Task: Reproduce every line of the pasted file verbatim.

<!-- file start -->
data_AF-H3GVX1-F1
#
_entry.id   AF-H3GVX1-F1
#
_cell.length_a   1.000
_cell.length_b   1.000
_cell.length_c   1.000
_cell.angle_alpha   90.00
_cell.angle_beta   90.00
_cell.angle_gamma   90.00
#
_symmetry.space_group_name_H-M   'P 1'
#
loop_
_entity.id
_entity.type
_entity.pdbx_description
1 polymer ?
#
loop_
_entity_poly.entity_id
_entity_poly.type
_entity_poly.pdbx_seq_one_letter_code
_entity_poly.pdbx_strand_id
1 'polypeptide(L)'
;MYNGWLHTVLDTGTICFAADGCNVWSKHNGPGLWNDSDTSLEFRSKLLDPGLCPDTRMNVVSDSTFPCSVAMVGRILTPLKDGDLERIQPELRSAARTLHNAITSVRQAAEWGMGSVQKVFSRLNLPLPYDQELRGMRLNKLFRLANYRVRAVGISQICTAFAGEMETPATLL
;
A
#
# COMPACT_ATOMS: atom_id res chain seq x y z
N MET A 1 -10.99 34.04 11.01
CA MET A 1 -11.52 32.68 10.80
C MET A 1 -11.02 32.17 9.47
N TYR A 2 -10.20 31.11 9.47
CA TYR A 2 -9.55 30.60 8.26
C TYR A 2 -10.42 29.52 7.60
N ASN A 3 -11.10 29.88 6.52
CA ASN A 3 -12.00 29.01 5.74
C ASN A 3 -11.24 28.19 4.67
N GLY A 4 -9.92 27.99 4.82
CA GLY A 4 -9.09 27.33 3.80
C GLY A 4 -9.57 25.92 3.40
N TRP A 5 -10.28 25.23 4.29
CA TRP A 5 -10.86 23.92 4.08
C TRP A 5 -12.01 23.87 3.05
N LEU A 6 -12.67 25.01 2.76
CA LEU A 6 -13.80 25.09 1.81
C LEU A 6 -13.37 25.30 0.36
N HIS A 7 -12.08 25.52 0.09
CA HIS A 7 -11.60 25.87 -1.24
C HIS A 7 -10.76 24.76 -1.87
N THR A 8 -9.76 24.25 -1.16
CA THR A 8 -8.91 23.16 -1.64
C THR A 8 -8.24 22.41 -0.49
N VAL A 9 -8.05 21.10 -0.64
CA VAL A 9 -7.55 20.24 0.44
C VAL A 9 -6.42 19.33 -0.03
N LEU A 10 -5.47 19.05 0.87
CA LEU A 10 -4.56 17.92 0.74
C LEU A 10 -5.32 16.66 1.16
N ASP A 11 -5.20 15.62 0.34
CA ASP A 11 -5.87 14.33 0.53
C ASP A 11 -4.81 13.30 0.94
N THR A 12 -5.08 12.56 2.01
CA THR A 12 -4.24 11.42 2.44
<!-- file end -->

data_AF-H3GVX1-F1
#
_entry.id   AF-H3GVX1-F1
#
_cell.length_a   1.000
_cell.length_b   1.000
_cell.length_c   1.000
_cell.angle_alpha   90.00
_cell.angle_beta   90.00
_cell.angle_gamma   90.00
#
_symmetry.space_group_name_H-M   'P 1'
#
loop_
_entity.id
_entity.type
_entity.pdbx_description
1 polymer ?
#
loop_
_entity_poly.entity_id
_entity_poly.type
_entity_poly.pdbx_seq_one_letter_code
_entity_poly.pdbx_strand_id
1 'polypeptide(L)'
;MYNGWLHTVLDTGTICFAADGCNVWSKHNGPGLWNDSDTSLEFRSKLLDPGLCPDTRMNVVSDSTFPCSVAMVGRILTPLKDGDLERIQPELRSAARTLHNAITSVRQAAEWGMGSVQKVFSRLNLPLPYDQELRGMRLNKLFRLANYRVRAVGISQICTAFAGEMETPATLL
;
A
#
# COMPACT_ATOMS: atom_id res chain seq x y z
N MET A 1 -10.99 34.04 11.01
CA MET A 1 -11.52 32.68 10.80
C MET A 1 -11.02 32.17 9.47
N TYR A 2 -10.20 31.11 9.47
CA TYR A 2 -9.55 30.60 8.26
C TYR A 2 -10.42 29.52 7.60
N ASN A 3 -11.10 29.88 6.52
CA ASN A 3 -12.00 29.01 5.74
C ASN A 3 -11.24 28.19 4.67
N GLY A 4 -9.92 27.99 4.82
CA GLY A 4 -9.09 27.33 3.80
C GLY A 4 -9.57 25.92 3.40
N TRP A 5 -10.28 25.23 4.29
CA TRP A 5 -10.86 23.92 4.08
C TRP A 5 -12.01 23.87 3.05
N LEU A 6 -12.67 25.01 2.76
CA LEU A 6 -13.80 25.09 1.81
C LEU A 6 -13.37 25.30 0.36
N HIS A 7 -12.08 25.52 0.09
CA HIS A 7 -11.60 25.87 -1.24
C HIS A 7 -10.76 24.76 -1.87
N THR A 8 -9.76 24.25 -1.16
CA THR A 8 -8.91 23.16 -1.64
C THR A 8 -8.24 22.41 -0.49
N VAL A 9 -8.05 21.10 -0.64
CA VAL A 9 -7.55 20.24 0.44
C VAL A 9 -6.42 19.33 -0.03
N LEU A 10 -5.47 19.05 0.87
CA LEU A 10 -4.56 17.92 0.74
C LEU A 10 -5.32 16.66 1.16
N ASP A 11 -5.20 15.62 0.34
CA ASP A 11 -5.87 14.33 0.53
C ASP A 11 -4.81 13.30 0.94
N THR A 12 -5.08 12.56 2.01
CA THR A 12 -4.24 11.42 2.44